Historic preservation in the heart of East Hampton Village will be enhanced with the purchase of the Gardiner home lot, Robert Hefner, the director of historic services for the village, said at East Hampton Town Hall last week.
Mr. Hefner, along with village officials and civic group representatives, spoke in favor of a purchase of 3.7 acres of the original lot, for $9.6 million from the town’s community preservation fund.
Following the hearing, the purchase was approved with a unanimous vote of the town board.
After settling on Gardiner’s Island in 1639, said Mr. Hefner, Lion Gardiner was a “principal founder” of East Hampton, and in 1648 claimed the home lot at 36 James Lane, adjacent to the South End Cemetery, where he is buried, and Town Pond.
The property contains the 1804 Gardiner windmill, and a cottage where the miller once lived, and is on the National Register of Historic Places. The mill cottage will be restored and the rest of the property maintained as an agricultural setting for the mill.
The home lot extends from James Lane to Hook Pond; the acreage to be purchased fronts on James Lane. The property is adjacent to a 1.3-acre agricultural reserve, Mr. Hefner said. Together the sites comprise more than half the original home lot.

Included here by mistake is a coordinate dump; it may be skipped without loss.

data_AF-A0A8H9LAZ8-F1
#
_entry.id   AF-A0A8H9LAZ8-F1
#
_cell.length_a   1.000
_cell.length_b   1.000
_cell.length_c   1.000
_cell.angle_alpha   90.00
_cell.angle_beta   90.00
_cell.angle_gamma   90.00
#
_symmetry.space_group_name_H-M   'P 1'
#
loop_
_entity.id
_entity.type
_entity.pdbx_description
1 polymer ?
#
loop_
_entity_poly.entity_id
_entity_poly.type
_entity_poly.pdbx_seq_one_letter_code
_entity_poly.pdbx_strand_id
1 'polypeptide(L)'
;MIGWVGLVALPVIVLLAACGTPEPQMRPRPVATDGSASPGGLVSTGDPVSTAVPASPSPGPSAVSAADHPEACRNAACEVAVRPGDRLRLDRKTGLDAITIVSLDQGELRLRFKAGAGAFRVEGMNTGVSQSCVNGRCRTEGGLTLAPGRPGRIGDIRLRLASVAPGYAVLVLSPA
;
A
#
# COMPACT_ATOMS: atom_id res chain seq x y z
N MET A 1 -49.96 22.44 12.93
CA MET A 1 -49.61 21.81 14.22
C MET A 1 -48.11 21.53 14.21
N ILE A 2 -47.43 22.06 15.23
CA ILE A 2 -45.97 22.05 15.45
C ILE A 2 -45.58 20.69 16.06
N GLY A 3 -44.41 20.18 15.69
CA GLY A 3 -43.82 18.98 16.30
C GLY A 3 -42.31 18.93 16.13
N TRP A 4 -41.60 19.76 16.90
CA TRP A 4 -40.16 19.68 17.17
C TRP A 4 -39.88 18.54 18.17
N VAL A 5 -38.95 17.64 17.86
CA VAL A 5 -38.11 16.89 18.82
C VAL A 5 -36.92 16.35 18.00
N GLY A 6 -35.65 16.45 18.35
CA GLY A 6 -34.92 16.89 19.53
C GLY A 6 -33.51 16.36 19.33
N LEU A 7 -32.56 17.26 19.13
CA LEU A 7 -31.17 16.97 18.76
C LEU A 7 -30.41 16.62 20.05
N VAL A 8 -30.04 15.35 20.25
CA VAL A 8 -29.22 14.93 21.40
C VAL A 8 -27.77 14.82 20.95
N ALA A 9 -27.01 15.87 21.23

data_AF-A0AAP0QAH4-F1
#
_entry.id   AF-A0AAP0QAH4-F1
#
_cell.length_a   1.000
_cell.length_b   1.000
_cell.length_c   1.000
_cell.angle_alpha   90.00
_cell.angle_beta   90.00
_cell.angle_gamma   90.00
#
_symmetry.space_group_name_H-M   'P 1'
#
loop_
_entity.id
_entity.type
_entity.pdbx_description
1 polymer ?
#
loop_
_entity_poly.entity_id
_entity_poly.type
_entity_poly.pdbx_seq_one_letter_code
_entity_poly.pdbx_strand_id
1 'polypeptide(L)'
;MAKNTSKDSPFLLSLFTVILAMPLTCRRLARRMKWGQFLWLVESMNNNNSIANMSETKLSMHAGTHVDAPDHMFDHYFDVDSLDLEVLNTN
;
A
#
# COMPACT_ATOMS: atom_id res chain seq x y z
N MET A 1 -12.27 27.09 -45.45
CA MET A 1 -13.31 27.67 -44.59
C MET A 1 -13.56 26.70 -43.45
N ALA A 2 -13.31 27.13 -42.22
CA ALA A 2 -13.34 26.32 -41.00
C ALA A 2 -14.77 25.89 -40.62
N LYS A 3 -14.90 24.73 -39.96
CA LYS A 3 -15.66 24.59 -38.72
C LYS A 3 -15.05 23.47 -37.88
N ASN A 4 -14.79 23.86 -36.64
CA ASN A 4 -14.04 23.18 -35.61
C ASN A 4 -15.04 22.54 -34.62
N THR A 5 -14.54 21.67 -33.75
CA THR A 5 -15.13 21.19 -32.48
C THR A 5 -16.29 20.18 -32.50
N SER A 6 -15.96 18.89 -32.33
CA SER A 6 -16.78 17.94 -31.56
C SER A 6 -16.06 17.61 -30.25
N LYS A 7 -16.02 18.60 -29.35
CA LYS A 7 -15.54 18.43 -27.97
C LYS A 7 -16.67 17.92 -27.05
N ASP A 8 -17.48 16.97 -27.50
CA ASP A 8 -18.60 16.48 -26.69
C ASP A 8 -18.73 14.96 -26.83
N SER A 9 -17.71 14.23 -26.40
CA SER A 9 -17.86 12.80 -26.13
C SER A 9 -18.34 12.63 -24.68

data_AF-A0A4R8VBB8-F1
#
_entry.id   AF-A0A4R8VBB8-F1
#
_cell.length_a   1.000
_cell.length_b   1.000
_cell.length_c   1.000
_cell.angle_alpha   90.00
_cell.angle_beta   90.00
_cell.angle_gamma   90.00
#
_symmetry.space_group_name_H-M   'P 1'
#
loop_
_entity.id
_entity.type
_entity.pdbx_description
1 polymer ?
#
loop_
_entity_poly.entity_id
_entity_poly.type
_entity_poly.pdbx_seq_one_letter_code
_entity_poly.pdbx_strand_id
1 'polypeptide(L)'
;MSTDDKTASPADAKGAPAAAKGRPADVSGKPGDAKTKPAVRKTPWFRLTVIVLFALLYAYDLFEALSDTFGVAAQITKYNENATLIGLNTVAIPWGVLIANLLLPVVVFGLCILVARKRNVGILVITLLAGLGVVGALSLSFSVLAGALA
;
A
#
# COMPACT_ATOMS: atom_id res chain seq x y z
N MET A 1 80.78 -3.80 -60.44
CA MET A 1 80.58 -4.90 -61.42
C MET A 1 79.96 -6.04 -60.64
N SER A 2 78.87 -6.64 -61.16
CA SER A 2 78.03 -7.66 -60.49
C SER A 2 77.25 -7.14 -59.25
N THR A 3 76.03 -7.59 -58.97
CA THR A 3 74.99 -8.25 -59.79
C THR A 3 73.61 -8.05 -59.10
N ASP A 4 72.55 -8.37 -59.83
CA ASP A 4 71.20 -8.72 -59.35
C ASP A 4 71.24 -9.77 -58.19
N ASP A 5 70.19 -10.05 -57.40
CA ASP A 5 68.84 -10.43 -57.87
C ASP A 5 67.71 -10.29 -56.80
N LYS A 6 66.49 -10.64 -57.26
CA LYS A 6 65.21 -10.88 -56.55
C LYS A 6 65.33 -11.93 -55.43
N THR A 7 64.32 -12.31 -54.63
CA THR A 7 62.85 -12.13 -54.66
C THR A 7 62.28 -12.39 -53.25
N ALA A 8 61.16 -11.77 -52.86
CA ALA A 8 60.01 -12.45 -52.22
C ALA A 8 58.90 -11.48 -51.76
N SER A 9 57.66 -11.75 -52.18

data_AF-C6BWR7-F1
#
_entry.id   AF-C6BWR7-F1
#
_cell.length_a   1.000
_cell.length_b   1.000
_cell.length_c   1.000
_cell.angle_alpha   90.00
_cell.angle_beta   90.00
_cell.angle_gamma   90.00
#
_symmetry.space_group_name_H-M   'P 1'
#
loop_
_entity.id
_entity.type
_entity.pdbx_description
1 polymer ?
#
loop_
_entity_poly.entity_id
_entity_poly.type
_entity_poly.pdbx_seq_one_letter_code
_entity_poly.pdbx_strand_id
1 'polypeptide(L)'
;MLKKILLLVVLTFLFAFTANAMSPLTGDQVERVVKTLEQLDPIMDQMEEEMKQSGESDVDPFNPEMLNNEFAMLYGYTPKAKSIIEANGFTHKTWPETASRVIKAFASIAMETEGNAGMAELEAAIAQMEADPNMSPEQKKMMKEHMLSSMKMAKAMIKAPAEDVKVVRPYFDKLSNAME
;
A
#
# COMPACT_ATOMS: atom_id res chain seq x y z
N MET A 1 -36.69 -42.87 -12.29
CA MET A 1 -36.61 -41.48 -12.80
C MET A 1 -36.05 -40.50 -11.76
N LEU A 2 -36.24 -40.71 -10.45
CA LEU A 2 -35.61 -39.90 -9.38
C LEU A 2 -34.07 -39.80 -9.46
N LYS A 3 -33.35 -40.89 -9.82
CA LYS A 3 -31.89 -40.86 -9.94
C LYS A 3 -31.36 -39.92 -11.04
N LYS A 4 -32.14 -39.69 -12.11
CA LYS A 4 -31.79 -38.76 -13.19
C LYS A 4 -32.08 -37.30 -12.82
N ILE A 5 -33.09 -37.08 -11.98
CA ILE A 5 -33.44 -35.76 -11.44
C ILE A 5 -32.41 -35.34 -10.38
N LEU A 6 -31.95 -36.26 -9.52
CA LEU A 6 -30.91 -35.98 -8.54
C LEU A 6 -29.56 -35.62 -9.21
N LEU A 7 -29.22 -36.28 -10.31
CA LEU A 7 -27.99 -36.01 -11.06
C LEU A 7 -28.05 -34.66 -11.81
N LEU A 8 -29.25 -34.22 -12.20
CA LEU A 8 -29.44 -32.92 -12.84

Olney Mairs Gardiner, who is known as Bill, put the property up for sale last fall.
In the same area, half of the original 10-acre Mulford Farm is publicly preserved, as is the 6-acre village green.
The preserved area is the result of years of “careful work by many,” Richard Barons, the executive director of the East Hampton Historical Society, said at last week’s hearing. “It still looks as it did when Thomas Moran painted it, and Mary Nimmo Moran etched it into our memories.” The former Moran house, also nearby, on Main Street, has also been publicly preserved and is being restored. The Gardiner property, he said, has remained in the same family for more than 300 years, and “is one of the more intact Colonial lots.”J.P.